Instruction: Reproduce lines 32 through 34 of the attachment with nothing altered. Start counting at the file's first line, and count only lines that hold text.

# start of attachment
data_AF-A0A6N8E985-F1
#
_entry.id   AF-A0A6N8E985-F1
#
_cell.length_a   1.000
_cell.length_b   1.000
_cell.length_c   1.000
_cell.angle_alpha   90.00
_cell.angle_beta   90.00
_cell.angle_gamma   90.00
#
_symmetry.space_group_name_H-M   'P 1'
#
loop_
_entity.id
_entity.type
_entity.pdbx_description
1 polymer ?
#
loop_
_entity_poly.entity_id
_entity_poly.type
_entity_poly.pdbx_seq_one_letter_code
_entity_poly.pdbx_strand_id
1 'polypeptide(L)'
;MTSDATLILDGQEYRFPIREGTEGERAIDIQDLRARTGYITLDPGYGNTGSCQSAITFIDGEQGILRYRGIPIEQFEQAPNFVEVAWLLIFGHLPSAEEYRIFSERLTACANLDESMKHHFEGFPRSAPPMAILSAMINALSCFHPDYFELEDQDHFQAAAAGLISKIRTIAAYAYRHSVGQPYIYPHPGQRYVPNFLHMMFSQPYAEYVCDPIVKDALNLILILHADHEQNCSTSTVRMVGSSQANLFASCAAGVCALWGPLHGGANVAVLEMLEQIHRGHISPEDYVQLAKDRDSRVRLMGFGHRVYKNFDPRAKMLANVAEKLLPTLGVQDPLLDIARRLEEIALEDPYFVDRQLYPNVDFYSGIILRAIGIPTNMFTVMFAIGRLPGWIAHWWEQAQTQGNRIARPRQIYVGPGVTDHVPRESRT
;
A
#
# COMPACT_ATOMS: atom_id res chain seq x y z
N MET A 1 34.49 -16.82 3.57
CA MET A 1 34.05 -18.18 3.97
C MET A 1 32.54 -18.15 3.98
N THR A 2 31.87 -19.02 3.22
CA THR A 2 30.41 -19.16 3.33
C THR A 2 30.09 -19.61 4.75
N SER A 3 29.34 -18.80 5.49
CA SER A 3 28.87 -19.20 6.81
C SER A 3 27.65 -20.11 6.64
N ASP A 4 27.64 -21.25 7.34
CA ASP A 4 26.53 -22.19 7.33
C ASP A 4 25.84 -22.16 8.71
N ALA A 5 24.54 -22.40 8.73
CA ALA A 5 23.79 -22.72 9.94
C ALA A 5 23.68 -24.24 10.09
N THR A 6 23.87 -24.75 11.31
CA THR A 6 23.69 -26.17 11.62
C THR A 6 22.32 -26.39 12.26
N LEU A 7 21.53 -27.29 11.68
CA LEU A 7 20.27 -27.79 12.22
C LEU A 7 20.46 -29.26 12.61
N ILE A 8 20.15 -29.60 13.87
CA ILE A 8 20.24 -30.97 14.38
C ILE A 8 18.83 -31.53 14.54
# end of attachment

CA MET A 1 34.05 -18.18 3.97
C MET A 1 32.54 -18.15 3.98
N THR A 2 31.87 -19.02 3.22